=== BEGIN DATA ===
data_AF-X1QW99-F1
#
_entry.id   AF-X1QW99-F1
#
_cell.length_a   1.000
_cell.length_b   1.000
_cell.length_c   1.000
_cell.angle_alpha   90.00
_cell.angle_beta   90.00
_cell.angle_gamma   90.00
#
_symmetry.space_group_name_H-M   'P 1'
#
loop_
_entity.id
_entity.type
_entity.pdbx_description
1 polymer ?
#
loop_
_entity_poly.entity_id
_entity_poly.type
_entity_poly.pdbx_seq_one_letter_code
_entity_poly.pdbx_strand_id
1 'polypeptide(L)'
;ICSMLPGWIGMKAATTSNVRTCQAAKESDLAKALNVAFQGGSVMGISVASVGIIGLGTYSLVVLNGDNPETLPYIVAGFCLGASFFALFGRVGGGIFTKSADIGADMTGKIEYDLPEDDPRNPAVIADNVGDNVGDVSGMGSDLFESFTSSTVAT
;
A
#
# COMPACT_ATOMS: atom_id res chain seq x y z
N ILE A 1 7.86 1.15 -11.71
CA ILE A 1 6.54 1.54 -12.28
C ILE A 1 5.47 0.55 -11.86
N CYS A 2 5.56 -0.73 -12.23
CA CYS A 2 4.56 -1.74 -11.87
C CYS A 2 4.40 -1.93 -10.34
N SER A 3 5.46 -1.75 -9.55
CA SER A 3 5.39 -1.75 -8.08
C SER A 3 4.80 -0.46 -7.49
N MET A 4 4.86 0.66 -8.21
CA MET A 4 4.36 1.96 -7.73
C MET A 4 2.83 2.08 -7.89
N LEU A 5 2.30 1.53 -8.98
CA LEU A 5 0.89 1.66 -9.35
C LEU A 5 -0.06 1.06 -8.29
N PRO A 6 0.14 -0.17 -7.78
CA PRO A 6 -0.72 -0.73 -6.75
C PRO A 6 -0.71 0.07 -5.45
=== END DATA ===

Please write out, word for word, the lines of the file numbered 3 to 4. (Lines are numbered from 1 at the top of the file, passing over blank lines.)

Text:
_entry.id   AF-X1QW99-F1
#